youth ministry

The Emotionally Healthy Youth Pastor

For the past 2.5 years my job has shifted from being a youth pastor to being a cheerleader, encourager, and fan of youth workers around the country.

And, not surprisingly, I’ve bumped into a lot of youth workers with a shared story. Careers flopping. Getting fired. Financial struggles. And marriages crumbing.

As you’d expect during a down economy (mixed with a season of re-thinking ministry strategies) there are a whole lot of people in full-time youth ministry who aren’t emotionally healthy.

But I’ve also gotten to know some pretty happy and satisfied youth workers. They face the exact same struggles in youth ministry but they seem to have figured out how to manage it. (For lack of a better term)

Rather than share what I think some of the problems are… I thought it would be more useful to share a couple of things that I see, universally, that emotionally healthy youth pastors have.

Two hallmarks of an emotionally healthy youth pastor

  1. Low ownership of the youth ministry program. They tend to have Sunday school (even if they don’t teach it) and a mid-week program with some events/camps/retreats along the way. They seem less focused on being on the leading edge and more focused on doing what they are good at. They see their role as the leader of the program more than they define themselves as the leader of the program. It’s a profession and they can turn it on and turn it off. It’s not a “it’s just a job” mentality. It’s bigger than that as its a healthy acceptance of their role in students lives.
  2. Belonging to adult community. This is the bigger of the two. We are made for community. Healthy youth workers have more than just a couple of friends they see occasionally. They have community. They have a group of people in their life that don’t see them as the youth pastor but as just another knucklehead in a group of friends. This is being a part of a softball league or a fellowship of star trek geeks or even joining a small group from a church across town.

The interesting thing about these two hallmarks is that they are completely within the control of the youth pastor. These are things you can actually do and change relatively easily. You don’t even have to tell anyone. You don’t have to preach about it. You can just do it.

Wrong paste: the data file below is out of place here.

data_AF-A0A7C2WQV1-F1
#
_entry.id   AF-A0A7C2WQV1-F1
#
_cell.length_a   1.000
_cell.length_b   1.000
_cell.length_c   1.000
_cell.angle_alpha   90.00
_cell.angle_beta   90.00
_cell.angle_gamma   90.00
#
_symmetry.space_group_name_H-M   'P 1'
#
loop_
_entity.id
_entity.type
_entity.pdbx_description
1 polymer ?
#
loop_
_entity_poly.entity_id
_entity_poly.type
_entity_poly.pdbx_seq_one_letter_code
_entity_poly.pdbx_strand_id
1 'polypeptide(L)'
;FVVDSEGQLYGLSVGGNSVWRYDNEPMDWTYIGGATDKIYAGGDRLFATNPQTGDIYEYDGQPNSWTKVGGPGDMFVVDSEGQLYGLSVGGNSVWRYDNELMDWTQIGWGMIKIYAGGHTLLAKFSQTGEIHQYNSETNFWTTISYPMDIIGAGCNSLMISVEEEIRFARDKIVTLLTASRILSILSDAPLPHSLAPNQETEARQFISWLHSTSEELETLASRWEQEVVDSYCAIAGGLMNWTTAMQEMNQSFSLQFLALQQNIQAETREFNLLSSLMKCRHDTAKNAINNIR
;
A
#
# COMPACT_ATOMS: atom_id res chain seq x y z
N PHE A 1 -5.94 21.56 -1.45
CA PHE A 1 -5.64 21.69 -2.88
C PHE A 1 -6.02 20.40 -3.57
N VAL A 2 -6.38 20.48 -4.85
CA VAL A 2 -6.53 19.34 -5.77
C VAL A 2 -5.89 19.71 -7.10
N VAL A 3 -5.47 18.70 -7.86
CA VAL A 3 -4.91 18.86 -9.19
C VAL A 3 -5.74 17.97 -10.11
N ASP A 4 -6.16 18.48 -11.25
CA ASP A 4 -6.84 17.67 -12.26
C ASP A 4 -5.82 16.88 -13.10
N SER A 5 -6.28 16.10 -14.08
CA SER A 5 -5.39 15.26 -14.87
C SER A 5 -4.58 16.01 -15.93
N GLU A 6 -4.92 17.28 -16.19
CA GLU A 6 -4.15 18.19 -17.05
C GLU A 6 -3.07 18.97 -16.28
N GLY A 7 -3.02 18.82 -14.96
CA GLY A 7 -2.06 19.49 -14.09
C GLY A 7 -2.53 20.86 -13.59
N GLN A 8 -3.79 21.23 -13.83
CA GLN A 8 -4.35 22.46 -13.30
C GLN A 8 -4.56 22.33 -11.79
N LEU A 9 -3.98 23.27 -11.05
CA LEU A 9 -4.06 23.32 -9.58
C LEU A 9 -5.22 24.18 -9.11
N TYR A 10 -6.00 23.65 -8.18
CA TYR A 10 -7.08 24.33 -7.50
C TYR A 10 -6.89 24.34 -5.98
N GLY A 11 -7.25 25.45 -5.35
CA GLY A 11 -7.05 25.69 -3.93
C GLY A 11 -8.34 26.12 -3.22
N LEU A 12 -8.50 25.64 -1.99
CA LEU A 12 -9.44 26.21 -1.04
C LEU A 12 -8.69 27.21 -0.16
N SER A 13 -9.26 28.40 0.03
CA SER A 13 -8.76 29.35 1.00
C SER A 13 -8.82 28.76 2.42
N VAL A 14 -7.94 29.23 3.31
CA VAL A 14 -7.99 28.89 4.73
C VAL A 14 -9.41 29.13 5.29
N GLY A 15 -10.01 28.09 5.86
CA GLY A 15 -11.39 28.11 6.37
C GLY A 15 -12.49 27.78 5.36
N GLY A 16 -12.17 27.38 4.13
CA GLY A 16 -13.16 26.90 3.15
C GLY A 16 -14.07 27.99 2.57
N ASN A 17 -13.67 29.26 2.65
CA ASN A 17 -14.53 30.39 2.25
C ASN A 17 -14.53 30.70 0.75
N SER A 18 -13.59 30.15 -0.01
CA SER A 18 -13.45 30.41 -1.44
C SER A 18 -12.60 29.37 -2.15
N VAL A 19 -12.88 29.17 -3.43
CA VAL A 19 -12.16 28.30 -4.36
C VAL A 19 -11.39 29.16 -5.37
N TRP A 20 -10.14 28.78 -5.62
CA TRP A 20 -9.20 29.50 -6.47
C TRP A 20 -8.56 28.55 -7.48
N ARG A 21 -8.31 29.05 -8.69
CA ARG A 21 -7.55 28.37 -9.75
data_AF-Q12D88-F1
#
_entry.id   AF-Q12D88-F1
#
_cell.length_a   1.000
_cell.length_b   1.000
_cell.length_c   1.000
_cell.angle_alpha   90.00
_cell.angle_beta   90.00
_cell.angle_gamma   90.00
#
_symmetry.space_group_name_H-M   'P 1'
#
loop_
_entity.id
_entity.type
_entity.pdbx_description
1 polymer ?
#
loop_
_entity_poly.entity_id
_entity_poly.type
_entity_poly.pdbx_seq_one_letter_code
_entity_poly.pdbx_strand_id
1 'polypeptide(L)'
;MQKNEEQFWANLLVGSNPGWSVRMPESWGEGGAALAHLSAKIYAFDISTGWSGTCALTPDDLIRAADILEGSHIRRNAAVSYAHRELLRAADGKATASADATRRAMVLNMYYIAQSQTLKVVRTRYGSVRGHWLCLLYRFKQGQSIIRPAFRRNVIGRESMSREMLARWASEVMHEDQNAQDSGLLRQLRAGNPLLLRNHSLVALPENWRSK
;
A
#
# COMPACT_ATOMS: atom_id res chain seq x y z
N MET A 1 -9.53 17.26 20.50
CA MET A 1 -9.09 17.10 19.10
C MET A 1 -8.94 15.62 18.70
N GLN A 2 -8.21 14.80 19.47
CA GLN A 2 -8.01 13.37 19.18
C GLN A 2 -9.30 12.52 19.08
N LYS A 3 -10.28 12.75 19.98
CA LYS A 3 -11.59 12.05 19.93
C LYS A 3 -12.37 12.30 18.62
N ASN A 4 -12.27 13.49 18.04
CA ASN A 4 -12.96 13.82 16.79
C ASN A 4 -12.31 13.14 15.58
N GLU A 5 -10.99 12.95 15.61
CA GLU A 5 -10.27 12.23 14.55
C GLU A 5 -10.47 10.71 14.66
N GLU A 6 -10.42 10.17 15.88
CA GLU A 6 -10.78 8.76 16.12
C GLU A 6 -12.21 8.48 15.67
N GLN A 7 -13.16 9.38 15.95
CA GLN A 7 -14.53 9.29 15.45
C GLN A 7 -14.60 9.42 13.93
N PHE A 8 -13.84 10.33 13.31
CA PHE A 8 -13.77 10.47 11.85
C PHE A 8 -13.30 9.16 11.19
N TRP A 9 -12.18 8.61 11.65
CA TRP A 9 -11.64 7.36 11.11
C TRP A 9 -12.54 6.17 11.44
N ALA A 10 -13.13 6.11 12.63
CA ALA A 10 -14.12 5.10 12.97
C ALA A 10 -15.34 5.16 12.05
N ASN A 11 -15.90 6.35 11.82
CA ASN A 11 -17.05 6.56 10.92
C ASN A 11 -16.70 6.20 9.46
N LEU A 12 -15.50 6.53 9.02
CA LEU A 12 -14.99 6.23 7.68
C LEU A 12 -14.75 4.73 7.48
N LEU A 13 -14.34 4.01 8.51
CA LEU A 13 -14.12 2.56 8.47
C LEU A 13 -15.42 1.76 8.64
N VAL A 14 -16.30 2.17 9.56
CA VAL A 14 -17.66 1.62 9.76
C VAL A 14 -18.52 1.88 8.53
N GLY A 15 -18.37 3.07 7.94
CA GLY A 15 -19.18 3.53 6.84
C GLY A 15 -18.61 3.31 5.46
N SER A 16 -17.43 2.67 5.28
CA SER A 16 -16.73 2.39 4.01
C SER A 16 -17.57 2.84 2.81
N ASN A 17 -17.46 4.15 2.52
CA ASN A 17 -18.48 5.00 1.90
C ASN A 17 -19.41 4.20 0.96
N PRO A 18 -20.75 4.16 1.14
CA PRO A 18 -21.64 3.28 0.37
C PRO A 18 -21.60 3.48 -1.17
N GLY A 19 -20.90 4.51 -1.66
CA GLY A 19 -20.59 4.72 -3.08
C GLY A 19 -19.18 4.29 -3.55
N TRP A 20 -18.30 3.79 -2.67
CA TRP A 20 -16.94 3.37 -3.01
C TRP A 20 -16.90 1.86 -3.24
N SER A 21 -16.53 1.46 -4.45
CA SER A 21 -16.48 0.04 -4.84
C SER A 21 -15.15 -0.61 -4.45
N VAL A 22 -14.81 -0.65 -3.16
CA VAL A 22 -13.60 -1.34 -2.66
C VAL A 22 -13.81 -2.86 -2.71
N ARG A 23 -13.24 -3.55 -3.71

If you are starting to feel like youth ministry isn’t for you. Or if you are thinking that you aren’t really built to do this for the long haul. I’d suggest looking at these two things, first.

Church Leadership

Ministers Need Friends

Photo by LabyrinthX via Flickr
Photo by LabyrinthX via Flickr

This may come as a shock to people who go to church– but being a church leader is a very lonely job. Sure, if you work in a church with a large staff it probably isn’t that lonely since you have co-workers who can become friends. But by-and-large, friends are hard to come by for ministers.

Loneliness is a major issue for church staff.


  1. It’s hard to be friends with parishioners. Kristen and I have been fortunate in this regard, but by-and-large it is really hard to truly be friends with people in your church. You can be acquaintances, but you’ll never get to the point where you can go out for a laugh (or a beer) and lament about work sucking. (or just share “real life.” You have to be guarded.)
  2. It’s hard to find people wired like you. Even in large cities, there aren’t many people wired quite like a pastor.
  3. It’s hard to be friends since work hours are weird. I’ve not met a person who worked in a church who kept 9-5 type hours. It’s always that plus a bunch of nights out… randomly scattered. Makes it tough to be friends.
  4. It’s hard to have a life outside of the four walls of a church. The reason so much is said and written about balance and rest for church workers is that they suck at balance and resting! The job is just too demanding.


  1. Understand that this isn’t optional. For your long-term health as a minister in the community, you require friendships. (Not church acquaintances) You require true friendship outside of the church, in your local community.
  2. Seek permission from your supervisors. This sounds like a silly step, but you may need to hear “get a life” from your boss or board to make this a reality. If they’ve been a leader in the church for a while they will know that if you have good friendships locally you are more likely to stay in the community a lot longer. But if you are lonely, you will be a poor leader and in your boredom you’ll start looking for a job elsewhere.
  3. You aren’t in ____, so get over it. I know you are probably from somewhere you liked better. And you have friends who are in those places. That’s not helping you. Get over it and get to know some people in your community. God planted you where you are, He is smarter than you are, you need to suck it up and make friends.
  4. Do something outside the church. How did I make friends when I was in full-time church ministry? I volunteered to coach the golf team, I joined a golf league, a started participating in local politics. I wasn’t looking for 1,000 friends, just a few people who didn’t go to my church that I could be “just Adam” with and not “Pastor Adam.”
  5. Meet up with your long-time best friends once per year. Meet up at a conference, go away hunting, go on vacation together, go visit them for the Holidays… just do something where for a few days you can be with your long-time friends.